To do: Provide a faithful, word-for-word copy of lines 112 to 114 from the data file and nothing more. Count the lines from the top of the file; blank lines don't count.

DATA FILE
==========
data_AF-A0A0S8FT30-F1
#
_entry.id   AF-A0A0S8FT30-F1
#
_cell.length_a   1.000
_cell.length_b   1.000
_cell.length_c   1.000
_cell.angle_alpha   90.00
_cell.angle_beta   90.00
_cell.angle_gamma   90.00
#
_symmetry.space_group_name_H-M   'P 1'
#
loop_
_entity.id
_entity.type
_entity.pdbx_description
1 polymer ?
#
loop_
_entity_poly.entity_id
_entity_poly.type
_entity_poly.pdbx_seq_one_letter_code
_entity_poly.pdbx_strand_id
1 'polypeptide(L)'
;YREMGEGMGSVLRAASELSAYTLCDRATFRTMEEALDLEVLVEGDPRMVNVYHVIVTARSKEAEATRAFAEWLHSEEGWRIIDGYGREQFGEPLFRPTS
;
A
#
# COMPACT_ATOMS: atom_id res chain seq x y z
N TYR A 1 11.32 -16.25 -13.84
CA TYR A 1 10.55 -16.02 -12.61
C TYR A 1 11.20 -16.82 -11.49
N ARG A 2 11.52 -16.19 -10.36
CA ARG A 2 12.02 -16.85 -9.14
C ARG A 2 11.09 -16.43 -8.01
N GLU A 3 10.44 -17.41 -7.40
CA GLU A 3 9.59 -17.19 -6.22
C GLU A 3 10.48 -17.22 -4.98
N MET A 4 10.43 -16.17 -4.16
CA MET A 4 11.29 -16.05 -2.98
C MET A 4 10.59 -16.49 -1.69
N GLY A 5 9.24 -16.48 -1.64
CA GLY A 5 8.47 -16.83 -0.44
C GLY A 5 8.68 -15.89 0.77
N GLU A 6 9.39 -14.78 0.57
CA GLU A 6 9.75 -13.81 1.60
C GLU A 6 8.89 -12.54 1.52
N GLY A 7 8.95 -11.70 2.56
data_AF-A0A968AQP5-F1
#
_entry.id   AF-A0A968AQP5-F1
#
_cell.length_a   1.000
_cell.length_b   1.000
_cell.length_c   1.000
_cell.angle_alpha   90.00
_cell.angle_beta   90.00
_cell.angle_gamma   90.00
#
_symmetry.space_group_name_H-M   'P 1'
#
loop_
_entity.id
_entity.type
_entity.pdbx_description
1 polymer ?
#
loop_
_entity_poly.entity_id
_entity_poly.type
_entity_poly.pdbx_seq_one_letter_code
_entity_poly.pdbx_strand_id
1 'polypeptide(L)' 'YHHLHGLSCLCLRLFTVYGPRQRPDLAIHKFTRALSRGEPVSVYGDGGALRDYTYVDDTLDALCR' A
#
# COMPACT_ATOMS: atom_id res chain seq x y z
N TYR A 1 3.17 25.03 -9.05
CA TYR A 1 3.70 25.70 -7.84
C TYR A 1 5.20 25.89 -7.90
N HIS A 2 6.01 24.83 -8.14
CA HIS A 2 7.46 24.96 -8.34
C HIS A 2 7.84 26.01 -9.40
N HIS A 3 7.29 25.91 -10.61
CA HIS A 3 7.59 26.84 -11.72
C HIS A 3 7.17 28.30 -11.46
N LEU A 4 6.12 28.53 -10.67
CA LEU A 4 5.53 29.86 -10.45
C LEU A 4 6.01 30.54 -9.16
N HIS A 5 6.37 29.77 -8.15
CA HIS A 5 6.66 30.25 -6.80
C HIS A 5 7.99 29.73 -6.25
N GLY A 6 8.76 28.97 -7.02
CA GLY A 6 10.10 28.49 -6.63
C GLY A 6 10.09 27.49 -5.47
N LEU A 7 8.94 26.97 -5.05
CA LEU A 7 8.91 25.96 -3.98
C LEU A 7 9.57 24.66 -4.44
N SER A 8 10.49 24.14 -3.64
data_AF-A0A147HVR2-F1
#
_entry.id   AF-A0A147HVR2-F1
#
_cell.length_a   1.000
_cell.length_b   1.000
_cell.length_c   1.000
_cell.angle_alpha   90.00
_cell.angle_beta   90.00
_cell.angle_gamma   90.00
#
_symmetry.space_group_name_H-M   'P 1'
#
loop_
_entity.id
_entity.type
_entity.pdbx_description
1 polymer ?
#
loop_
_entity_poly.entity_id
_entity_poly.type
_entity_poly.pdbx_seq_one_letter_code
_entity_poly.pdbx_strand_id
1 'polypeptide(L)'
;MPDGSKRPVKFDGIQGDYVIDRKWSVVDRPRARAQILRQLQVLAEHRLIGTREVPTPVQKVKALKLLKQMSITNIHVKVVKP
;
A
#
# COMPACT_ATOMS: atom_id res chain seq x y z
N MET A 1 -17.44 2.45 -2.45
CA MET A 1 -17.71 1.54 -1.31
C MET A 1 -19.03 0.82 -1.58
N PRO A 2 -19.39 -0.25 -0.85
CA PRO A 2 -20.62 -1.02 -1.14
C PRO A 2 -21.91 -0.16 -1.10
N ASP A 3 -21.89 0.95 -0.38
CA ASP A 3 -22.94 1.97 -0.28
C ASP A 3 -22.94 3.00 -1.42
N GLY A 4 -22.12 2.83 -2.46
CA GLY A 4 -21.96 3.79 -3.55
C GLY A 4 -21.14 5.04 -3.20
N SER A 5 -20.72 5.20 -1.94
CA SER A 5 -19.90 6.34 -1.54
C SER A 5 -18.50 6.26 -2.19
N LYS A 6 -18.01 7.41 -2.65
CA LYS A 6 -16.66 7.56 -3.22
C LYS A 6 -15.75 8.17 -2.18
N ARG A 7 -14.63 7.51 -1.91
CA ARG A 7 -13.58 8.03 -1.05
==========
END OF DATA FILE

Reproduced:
loop_
_entity.id
_entity.type